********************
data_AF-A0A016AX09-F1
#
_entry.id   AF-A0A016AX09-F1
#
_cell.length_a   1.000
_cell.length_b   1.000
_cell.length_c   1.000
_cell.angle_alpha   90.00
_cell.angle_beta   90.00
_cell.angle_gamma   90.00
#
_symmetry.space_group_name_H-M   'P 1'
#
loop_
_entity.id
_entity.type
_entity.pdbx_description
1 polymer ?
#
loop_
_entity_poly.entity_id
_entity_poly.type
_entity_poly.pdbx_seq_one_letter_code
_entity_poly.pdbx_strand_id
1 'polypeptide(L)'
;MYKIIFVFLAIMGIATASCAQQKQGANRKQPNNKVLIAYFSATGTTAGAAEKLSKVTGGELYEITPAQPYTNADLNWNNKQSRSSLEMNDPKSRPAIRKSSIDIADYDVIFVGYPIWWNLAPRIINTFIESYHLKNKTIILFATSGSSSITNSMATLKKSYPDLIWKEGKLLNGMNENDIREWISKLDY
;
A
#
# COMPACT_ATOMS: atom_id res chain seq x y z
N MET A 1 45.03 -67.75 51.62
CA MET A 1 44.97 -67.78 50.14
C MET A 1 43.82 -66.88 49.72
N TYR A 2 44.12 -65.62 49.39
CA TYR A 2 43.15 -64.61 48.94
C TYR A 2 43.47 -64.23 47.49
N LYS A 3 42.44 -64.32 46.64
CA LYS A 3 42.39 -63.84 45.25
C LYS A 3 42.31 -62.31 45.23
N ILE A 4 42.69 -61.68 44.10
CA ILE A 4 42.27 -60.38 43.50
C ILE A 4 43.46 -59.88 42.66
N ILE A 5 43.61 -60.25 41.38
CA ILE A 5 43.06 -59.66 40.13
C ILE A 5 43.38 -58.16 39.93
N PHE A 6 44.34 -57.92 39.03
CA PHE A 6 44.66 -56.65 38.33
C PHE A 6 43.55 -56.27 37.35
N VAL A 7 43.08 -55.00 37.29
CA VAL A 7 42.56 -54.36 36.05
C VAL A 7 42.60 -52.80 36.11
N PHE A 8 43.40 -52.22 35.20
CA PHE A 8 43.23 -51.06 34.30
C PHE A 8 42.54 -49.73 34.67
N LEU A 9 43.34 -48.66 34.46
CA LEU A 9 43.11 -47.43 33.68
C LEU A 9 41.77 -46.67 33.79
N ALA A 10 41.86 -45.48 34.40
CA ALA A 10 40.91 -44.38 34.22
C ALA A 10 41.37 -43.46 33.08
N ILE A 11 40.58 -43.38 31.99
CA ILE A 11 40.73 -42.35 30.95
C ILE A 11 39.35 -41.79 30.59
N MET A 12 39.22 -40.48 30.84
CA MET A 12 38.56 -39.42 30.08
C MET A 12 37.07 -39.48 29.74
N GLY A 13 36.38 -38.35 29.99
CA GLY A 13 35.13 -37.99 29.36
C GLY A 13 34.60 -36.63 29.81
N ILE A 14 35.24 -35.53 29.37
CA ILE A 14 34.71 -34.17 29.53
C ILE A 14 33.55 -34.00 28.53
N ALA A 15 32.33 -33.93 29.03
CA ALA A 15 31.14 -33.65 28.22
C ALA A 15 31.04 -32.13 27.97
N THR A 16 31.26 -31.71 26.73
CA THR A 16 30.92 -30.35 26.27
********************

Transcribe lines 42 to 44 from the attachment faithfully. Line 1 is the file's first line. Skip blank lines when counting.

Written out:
C ILE A 4 43.46 -59.88 42.66
N ILE A 5 43.61 -60.25 41.38
CA ILE A 5 43.06 -59.66 40.13